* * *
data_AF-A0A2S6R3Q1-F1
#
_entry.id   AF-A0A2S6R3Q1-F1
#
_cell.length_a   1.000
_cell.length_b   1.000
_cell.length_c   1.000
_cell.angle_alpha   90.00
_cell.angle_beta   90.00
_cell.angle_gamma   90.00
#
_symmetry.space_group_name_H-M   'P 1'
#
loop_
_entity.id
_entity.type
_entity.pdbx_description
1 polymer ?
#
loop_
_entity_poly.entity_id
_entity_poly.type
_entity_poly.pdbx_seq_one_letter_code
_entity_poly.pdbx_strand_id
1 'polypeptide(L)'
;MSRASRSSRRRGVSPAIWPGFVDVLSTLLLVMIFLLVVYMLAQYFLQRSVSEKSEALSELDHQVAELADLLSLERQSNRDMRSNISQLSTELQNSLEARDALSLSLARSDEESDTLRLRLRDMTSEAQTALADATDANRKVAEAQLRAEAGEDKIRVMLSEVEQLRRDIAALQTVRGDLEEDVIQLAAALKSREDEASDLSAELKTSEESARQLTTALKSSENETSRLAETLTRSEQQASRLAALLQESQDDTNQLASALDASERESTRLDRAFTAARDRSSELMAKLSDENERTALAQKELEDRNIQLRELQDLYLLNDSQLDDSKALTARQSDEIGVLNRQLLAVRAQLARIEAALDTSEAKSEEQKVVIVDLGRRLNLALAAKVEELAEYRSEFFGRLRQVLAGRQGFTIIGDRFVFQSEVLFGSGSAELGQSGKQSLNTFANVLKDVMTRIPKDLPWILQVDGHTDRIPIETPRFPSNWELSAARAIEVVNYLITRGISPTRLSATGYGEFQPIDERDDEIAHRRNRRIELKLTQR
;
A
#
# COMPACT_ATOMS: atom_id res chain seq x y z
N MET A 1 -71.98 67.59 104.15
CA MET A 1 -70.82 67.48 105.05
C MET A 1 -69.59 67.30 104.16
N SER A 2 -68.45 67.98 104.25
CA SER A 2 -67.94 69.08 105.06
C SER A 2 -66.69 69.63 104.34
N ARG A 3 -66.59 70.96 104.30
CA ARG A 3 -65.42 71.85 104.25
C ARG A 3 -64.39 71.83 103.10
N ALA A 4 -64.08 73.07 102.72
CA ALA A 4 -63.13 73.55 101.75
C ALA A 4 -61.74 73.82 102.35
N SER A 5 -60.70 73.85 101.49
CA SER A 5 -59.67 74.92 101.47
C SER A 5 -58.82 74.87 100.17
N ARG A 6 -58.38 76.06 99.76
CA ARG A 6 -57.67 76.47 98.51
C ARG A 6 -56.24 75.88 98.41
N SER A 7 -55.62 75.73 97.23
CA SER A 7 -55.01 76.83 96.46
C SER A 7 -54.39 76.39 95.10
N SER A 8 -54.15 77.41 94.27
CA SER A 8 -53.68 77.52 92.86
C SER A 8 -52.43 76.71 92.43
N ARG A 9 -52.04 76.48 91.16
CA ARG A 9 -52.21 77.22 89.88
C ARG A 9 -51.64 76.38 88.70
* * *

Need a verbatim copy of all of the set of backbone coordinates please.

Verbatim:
data_AF-A0A2S6R3Q1-F1
#
_entry.id   AF-A0A2S6R3Q1-F1
#
_cell.length_a   1.000
_cell.length_b   1.000
_cell.length_c   1.000
_cell.angle_alpha   90.00
_cell.angle_beta   90.00
_cell.angle_gamma   90.00
#
_symmetry.space_group_name_H-M   'P 1'
#
loop_
_entity.id
_entity.type
_entity.pdbx_description
1 polymer ?
#
loop_
_entity_poly.entity_id
_entity_poly.type
_entity_poly.pdbx_seq_one_letter_code
_entity_poly.pdbx_strand_id
1 'polypeptide(L)'
;MSRASRSSRRRGVSPAIWPGFVDVLSTLLLVMIFLLVVYMLAQYFLQRSVSEKSEALSELDHQVAELADLLSLERQSNRDMRSNISQLSTELQNSLEARDALSLSLARSDEESDTLRLRLRDMTSEAQTALADATDANRKVAEAQLRAEAGEDKIRVMLSEVEQLRRDIAALQTVRGDLEEDVIQLAAALKSREDEASDLSAELKTSEESARQLTTALKSSENETSRLAETLTRSEQQASRLAALLQESQDDTNQLASALDASERESTRLDRAFTAARDRSSELMAKLSDENERTALAQKELEDRNIQLRELQDLYLLNDSQLDDSKALTARQSDEIGVLNRQLLAVRAQLARIEAALDTSEAKSEEQKVVIVDLGRRLNLALAAKVEELAEYRSEFFGRLRQVLAGRQGFTIIGDRFVFQSEVLFGSGSAELGQSGKQSLNTFANVLKDVMTRIPKDLPWILQVDGHTDRIPIETPRFPSNWELSAARAIEVVNYLITRGISPTRLSATGYGEFQPIDERDDEIAHRRNRRIELKLTQR
;
A
#
# COMPACT_ATOMS: atom_id res chain seq x y z
N MET A 1 -71.98 67.59 104.15
CA MET A 1 -70.82 67.48 105.05
C MET A 1 -69.59 67.30 104.16
N SER A 2 -68.45 67.98 104.25
CA SER A 2 -67.94 69.08 105.06
C SER A 2 -66.69 69.63 104.34
N ARG A 3 -66.59 70.96 104.30
CA ARG A 3 -65.42 71.85 104.25
C ARG A 3 -64.39 71.83 103.10
N ALA A 4 -64.08 73.07 102.72
CA ALA A 4 -63.13 73.55 101.75
C ALA A 4 -61.74 73.82 102.35
N SER A 5 -60.70 73.85 101.49
CA SER A 5 -59.67 74.92 101.47
C SER A 5 -58.82 74.87 100.17
N ARG A 6 -58.38 76.06 99.76
CA ARG A 6 -57.67 76.47 98.51
C ARG A 6 -56.24 75.88 98.41
N SER A 7 -55.62 75.73 97.23
CA SER A 7 -55.01 76.83 96.46
C SER A 7 -54.39 76.39 95.10
N SER A 8 -54.15 77.41 94.27
CA SER A 8 -53.68 77.52 92.86
C SER A 8 -52.43 76.71 92.43
N ARG A 9 -52.04 76.48 91.16
CA ARG A 9 -52.21 77.22 89.88
C ARG A 9 -51.64 76.38 88.70